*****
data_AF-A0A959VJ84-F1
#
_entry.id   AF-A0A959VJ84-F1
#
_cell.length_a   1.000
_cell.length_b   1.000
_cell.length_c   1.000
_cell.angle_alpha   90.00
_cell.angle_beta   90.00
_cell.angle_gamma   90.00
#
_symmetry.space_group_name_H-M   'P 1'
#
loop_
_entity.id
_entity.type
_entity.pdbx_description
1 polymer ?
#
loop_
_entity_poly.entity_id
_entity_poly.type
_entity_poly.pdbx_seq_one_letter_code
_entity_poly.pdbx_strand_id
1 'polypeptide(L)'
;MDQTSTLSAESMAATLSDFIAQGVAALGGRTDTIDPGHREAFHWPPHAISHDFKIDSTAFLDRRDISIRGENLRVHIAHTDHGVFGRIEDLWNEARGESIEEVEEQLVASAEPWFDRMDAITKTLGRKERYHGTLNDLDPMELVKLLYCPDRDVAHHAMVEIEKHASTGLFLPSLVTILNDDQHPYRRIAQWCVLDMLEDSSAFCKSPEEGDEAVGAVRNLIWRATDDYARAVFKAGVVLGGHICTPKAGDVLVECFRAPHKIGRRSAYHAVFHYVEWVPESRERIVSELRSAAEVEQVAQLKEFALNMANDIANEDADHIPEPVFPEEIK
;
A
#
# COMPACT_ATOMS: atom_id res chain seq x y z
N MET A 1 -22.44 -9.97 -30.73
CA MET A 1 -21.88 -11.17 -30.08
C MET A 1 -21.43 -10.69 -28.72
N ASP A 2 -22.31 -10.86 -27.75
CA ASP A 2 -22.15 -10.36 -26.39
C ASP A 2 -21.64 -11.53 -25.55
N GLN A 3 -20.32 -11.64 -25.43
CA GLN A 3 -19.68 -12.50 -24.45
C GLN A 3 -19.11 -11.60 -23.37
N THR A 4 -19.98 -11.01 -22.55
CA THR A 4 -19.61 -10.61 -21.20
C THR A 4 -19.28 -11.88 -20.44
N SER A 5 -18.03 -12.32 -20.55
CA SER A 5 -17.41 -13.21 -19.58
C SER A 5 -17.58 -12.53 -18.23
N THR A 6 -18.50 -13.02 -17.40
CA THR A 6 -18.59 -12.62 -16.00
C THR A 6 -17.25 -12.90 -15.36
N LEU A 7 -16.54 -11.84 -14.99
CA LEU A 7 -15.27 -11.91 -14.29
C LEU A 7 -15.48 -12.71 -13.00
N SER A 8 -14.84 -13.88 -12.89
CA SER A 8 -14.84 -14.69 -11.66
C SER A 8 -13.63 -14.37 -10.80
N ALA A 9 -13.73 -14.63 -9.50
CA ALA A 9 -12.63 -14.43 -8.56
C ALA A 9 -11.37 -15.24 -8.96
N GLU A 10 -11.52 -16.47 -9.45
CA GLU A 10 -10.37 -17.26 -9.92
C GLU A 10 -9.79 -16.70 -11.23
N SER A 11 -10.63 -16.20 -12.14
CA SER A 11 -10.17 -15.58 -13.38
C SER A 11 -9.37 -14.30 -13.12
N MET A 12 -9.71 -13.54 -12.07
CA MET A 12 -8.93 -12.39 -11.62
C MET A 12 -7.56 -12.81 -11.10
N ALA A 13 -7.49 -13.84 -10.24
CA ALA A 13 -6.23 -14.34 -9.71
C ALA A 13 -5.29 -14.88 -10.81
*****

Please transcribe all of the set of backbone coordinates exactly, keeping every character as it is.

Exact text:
data_AF-A0A959VJ84-F1
#
_entry.id   AF-A0A959VJ84-F1
#
_cell.length_a   1.000
_cell.length_b   1.000
_cell.length_c   1.000
_cell.angle_alpha   90.00
_cell.angle_beta   90.00
_cell.angle_gamma   90.00
#
_symmetry.space_group_name_H-M   'P 1'
#
loop_
_entity.id
_entity.type
_entity.pdbx_description
1 polymer ?
#
loop_
_entity_poly.entity_id
_entity_poly.type
_entity_poly.pdbx_seq_one_letter_code
_entity_poly.pdbx_strand_id
1 'polypeptide(L)'
;MDQTSTLSAESMAATLSDFIAQGVAALGGRTDTIDPGHREAFHWPPHAISHDFKIDSTAFLDRRDISIRGENLRVHIAHTDHGVFGRIEDLWNEARGESIEEVEEQLVASAEPWFDRMDAITKTLGRKERYHGTLNDLDPMELVKLLYCPDRDVAHHAMVEIEKHASTGLFLPSLVTILNDDQHPYRRIAQWCVLDMLEDSSAFCKSPEEGDEAVGAVRNLIWRATDDYARAVFKAGVVLGGHICTPKAGDVLVECFRAPHKIGRRSAYHAVFHYVEWVPESRERIVSELRSAAEVEQVAQLKEFALNMANDIANEDADHIPEPVFPEEIK
;
A
#
# COMPACT_ATOMS: atom_id res chain seq x y z
N MET A 1 -22.44 -9.97 -30.73
CA MET A 1 -21.88 -11.17 -30.08
C MET A 1 -21.43 -10.69 -28.72
N ASP A 2 -22.31 -10.86 -27.75
CA ASP A 2 -22.15 -10.36 -26.39
C ASP A 2 -21.64 -11.53 -25.55
N GLN A 3 -20.32 -11.64 -25.43
CA GLN A 3 -19.68 -12.50 -24.45
C GLN A 3 -19.11 -11.60 -23.37
N THR A 4 -19.98 -11.01 -22.55
CA THR A 4 -19.61 -10.61 -21.20
C THR A 4 -19.28 -11.88 -20.44
N SER A 5 -18.03 -12.32 -20.55
CA SER A 5 -17.41 -13.21 -19.58
C SER A 5 -17.58 -12.53 -18.23
N THR A 6 -18.50 -13.02 -17.40
CA THR A 6 -18.59 -12.62 -16.00
C THR A 6 -17.25 -12.90 -15.36
N LEU A 7 -16.54 -11.84 -14.99
CA LEU A 7 -15.27 -11.91 -14.29
C LEU A 7 -15.48 -12.71 -13.00
N SER A 8 -14.84 -13.88 -12.89
CA SER A 8 -14.84 -14.69 -11.66
C SER A 8 -13.63 -14.37 -10.80
N ALA A 9 -13.73 -14.63 -9.50
CA ALA A 9 -12.63 -14.43 -8.56
C ALA A 9 -11.37 -15.24 -8.96
N GLU A 10 -11.52 -16.47 -9.45
CA GLU A 10 -10.37 -17.26 -9.92
C GLU A 10 -9.79 -16.70 -11.23
N SER A 11 -10.63 -16.20 -12.14
CA SER A 11 -10.17 -15.58 -13.38
C SER A 11 -9.37 -14.30 -13.12
N MET A 12 -9.71 -13.54 -12.07
CA MET A 12 -8.93 -12.39 -11.62
C MET A 12 -7.56 -12.81 -11.10
N ALA A 13 -7.49 -13.84 -10.24
CA ALA A 13 -6.23 -14.34 -9.71
C ALA A 13 -5.29 -14.88 -10.81